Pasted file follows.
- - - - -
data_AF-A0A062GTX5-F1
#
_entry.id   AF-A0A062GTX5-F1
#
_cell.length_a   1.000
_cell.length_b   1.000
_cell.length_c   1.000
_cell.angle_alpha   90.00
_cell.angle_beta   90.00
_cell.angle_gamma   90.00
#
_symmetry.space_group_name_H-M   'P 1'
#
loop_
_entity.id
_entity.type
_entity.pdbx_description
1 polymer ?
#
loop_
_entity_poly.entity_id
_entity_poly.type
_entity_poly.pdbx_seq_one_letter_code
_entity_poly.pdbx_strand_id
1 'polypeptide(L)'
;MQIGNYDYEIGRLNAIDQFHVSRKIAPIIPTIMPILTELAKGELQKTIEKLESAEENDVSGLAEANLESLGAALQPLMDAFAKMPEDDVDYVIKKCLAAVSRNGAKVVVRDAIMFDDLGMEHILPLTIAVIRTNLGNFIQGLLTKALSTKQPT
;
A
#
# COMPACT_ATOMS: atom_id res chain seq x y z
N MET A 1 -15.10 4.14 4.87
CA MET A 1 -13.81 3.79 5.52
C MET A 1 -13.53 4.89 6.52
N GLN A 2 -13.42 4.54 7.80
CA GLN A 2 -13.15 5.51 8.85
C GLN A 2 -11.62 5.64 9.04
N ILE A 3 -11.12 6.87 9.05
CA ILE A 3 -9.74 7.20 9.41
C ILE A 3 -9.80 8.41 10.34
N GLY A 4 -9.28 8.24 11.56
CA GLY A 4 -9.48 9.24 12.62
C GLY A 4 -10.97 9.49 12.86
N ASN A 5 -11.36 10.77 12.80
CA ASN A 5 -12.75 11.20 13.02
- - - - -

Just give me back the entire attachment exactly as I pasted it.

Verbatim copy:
data_AF-A0A062GTX5-F1
#
_entry.id   AF-A0A062GTX5-F1
#
_cell.length_a   1.000
_cell.length_b   1.000
_cell.length_c   1.000
_cell.angle_alpha   90.00
_cell.angle_beta   90.00
_cell.angle_gamma   90.00
#
_symmetry.space_group_name_H-M   'P 1'
#
loop_
_entity.id
_entity.type
_entity.pdbx_description
1 polymer ?
#
loop_
_entity_poly.entity_id
_entity_poly.type
_entity_poly.pdbx_seq_one_letter_code
_entity_poly.pdbx_strand_id
1 'polypeptide(L)'
;MQIGNYDYEIGRLNAIDQFHVSRKIAPIIPTIMPILTELAKGELQKTIEKLESAEENDVSGLAEANLESLGAALQPLMDAFAKMPEDDVDYVIKKCLAAVSRNGAKVVVRDAIMFDDLGMEHILPLTIAVIRTNLGNFIQGLLTKALSTKQPT
;
A
#
# COMPACT_ATOMS: atom_id res chain seq x y z
N MET A 1 -15.10 4.14 4.87
CA MET A 1 -13.81 3.79 5.52
C MET A 1 -13.53 4.89 6.52
N GLN A 2 -13.42 4.54 7.80
CA GLN A 2 -13.15 5.51 8.85
C GLN A 2 -11.62 5.64 9.04
N ILE A 3 -11.12 6.87 9.05
CA ILE A 3 -9.74 7.20 9.41
C ILE A 3 -9.80 8.41 10.34
N GLY A 4 -9.28 8.24 11.56
CA GLY A 4 -9.48 9.24 12.62
C GLY A 4 -10.97 9.49 12.86
N ASN A 5 -11.36 10.77 12.80
CA ASN A 5 -12.75 11.20 13.02